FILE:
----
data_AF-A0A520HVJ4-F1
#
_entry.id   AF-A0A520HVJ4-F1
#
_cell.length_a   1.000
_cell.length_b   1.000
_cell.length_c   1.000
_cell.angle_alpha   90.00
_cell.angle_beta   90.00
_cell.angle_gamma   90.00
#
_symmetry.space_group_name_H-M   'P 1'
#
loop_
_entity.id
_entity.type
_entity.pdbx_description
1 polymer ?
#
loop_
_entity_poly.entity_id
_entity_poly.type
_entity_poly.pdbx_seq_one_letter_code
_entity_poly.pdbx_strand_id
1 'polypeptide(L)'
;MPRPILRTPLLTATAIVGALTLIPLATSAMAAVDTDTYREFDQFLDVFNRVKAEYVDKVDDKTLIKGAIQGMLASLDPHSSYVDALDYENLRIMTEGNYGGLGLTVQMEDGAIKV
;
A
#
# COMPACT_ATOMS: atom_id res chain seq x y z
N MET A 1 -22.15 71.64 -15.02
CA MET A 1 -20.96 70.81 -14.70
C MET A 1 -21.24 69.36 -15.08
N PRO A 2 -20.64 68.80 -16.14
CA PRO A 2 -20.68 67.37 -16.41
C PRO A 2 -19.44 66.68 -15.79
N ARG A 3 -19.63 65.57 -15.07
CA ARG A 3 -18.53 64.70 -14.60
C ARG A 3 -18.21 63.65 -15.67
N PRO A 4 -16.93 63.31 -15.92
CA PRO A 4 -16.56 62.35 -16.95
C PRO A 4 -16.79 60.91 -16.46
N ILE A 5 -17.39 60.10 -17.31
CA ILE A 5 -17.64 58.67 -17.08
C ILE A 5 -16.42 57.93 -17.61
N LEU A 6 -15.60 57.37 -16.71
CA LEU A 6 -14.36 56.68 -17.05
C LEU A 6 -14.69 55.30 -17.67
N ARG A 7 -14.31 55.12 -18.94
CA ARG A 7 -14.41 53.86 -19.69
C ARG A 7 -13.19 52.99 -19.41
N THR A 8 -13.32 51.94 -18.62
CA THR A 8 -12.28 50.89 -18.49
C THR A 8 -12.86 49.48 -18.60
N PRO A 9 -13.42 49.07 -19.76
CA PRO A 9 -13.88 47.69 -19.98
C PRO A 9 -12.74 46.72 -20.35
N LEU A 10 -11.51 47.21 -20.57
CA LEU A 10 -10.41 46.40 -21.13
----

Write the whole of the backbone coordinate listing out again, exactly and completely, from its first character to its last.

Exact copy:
data_AF-A0A520HVJ4-F1
#
_entry.id   AF-A0A520HVJ4-F1
#
_cell.length_a   1.000
_cell.length_b   1.000
_cell.length_c   1.000
_cell.angle_alpha   90.00
_cell.angle_beta   90.00
_cell.angle_gamma   90.00
#
_symmetry.space_group_name_H-M   'P 1'
#
loop_
_entity.id
_entity.type
_entity.pdbx_description
1 polymer ?
#
loop_
_entity_poly.entity_id
_entity_poly.type
_entity_poly.pdbx_seq_one_letter_code
_entity_poly.pdbx_strand_id
1 'polypeptide(L)'
;MPRPILRTPLLTATAIVGALTLIPLATSAMAAVDTDTYREFDQFLDVFNRVKAEYVDKVDDKTLIKGAIQGMLASLDPHSSYVDALDYENLRIMTEGNYGGLGLTVQMEDGAIKV
;
A
#
# COMPACT_ATOMS: atom_id res chain seq x y z
N MET A 1 -22.15 71.64 -15.02
CA MET A 1 -20.96 70.81 -14.70
C MET A 1 -21.24 69.36 -15.08
N PRO A 2 -20.64 68.80 -16.14
CA PRO A 2 -20.68 67.37 -16.41
C PRO A 2 -19.44 66.68 -15.79
N ARG A 3 -19.63 65.57 -15.07
CA ARG A 3 -18.53 64.70 -14.60
C ARG A 3 -18.21 63.65 -15.67
N PRO A 4 -16.93 63.31 -15.92
CA PRO A 4 -16.56 62.35 -16.95
C PRO A 4 -16.79 60.91 -16.46
N ILE A 5 -17.39 60.10 -17.31
CA ILE A 5 -17.64 58.67 -17.08
C ILE A 5 -16.42 57.93 -17.61
N LEU A 6 -15.60 57.37 -16.71
CA LEU A 6 -14.36 56.68 -17.05
C LEU A 6 -14.69 55.30 -17.67
N ARG A 7 -14.31 55.12 -18.94
CA ARG A 7 -14.41 53.86 -19.69
C ARG A 7 -13.19 52.99 -19.41
N THR A 8 -13.32 51.94 -18.62
CA THR A 8 -12.28 50.89 -18.49
C THR A 8 -12.86 49.48 -18.60
N PRO A 9 -13.42 49.07 -19.76
CA PRO A 9 -13.88 47.69 -19.98
C PRO A 9 -12.74 46.72 -20.35
N LEU A 10 -11.51 47.21 -20.57
CA LEU A 10 -10.41 46.40 -21.13